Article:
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3 - Genomic and proteomic approaches to defining sperm production and function

Published online by Cambridge University Press:  14 August 2009

Sarah J. Conner
Affiliation:
Reproductive Biology and Genetics Group, Division of Reproductive and Child Health, University of Birmingham;
Christopher L.R. Barratt
Affiliation:
Reproductive Biology and Genetics Group, Division of Reproductive and Child Health, University of Birmingham; Assisted Conception Unit, Birmingham Women's Hospital, Edgbaston, Birmingham, England, UK
Christopher J. De Jonge
Affiliation:
University of Minnesota
Christopher Barratt
Affiliation:
University of Birmingham
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Summary

Introduction

The purpose of this chapter is to provide the reader with an insight into potential new developments in male infertility; specifically, sperm development and function, concentrating on the technologies of gene expression, proteomics and use of gene knock out experiments. We initially discuss the future of traditional semen analysis, as a baseline to describing new technologies. The overall objective is to stimulate the reader to find out more about these developments and to provide some guidance on how the information can be used to develop more effective diagnostic tools for the future. It is our premise that a more detailed understanding of the physiology of both the normal and pathological cell is central to developing rational, non-assisted reproductive technology (non-ART) therapy.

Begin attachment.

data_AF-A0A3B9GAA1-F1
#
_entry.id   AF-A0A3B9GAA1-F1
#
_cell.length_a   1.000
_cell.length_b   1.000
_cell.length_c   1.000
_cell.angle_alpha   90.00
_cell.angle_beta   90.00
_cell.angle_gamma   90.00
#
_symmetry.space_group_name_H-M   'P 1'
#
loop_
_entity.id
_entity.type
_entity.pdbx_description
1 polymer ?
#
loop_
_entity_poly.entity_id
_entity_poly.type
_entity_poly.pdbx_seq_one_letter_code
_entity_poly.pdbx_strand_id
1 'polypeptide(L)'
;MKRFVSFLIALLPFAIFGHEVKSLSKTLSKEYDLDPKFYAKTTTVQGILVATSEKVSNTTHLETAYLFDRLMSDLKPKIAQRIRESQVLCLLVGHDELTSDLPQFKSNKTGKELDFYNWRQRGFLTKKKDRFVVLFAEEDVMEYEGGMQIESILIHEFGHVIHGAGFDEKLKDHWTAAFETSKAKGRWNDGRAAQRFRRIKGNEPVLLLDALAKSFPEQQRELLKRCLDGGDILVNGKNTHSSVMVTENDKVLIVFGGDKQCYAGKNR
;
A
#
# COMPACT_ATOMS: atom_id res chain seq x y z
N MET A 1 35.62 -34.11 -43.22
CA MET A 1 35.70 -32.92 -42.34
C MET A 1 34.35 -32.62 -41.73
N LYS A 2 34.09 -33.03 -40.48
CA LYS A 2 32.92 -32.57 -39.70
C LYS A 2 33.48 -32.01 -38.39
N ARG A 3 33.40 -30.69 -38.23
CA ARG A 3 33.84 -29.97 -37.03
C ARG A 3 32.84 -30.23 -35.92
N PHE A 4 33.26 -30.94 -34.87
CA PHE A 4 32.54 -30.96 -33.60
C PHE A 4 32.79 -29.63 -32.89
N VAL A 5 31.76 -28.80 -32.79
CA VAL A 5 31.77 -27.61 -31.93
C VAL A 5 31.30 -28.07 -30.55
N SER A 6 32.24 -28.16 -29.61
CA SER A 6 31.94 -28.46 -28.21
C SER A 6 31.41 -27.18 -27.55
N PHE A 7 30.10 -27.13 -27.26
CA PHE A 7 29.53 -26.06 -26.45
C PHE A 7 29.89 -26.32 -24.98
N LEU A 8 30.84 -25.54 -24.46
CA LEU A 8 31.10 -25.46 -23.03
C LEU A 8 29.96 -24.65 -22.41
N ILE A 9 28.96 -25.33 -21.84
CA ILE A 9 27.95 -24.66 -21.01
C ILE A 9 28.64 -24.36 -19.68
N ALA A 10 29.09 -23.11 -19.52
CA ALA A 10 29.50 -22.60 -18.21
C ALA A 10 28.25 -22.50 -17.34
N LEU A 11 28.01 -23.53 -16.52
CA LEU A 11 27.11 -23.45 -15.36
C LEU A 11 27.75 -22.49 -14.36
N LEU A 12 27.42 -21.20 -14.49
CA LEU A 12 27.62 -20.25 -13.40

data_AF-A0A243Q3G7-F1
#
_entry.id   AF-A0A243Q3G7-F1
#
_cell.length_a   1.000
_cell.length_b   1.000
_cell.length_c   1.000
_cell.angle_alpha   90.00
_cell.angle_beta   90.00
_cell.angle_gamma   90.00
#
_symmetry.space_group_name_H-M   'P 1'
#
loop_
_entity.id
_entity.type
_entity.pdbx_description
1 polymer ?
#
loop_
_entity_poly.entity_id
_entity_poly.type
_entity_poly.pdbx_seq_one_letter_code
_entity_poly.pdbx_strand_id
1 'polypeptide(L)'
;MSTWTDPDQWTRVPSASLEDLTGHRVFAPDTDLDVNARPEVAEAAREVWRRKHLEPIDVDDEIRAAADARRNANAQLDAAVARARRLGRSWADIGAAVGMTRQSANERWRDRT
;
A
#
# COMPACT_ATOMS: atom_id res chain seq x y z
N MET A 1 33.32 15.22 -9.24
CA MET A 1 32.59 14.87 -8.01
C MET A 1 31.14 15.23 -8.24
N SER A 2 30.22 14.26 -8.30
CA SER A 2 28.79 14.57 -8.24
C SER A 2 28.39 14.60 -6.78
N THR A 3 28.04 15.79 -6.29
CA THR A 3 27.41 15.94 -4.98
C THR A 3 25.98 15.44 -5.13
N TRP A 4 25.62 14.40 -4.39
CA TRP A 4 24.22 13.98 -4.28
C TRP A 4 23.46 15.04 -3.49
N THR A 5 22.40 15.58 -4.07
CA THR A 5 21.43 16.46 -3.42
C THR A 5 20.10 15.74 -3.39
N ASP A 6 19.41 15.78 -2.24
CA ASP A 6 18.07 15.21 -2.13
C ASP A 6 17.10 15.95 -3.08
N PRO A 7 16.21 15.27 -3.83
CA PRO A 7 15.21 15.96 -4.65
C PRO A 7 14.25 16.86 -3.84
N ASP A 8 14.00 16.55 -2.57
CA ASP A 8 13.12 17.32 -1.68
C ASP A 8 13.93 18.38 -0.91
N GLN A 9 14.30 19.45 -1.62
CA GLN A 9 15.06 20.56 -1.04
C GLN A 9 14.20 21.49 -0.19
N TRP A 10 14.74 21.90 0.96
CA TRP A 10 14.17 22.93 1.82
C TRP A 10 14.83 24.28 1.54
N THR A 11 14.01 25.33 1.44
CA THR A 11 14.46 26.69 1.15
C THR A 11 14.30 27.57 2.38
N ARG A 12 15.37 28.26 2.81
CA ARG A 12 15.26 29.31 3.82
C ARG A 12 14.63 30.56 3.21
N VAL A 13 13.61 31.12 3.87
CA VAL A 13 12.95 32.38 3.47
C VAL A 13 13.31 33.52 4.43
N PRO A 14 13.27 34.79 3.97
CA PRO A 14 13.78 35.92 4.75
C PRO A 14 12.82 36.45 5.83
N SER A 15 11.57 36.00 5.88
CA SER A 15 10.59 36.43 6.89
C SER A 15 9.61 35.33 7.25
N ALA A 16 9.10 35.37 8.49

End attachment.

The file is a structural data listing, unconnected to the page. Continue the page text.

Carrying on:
How useful is a semen assessment for the diagnosis and prognosis of male infertility?

The value of traditional semen parameters (concentration, motility and morphology) in the diagnosis and prognosis of male infertility has been debated for almost 60 years and, perhaps not surprisingly, the debate continues (see Björndahl et al., 2005). There are many difficulties in the design of studies to assess the value of traditional semen parameters, for example number of semen samples to assess, relevance of different outcomes (in vitro fertilisation (IVF) versus in vivo conception) etc., but one of the most significant variables is the degree of quality control (QC) measures in place to ensure the assessment is valid.

Type
Chapter
Information
The Sperm Cell
Production, Maturation, Fertilization, Regeneration
, pp. 49 - 71
Publisher: Cambridge University Press
Print publication year: 2006

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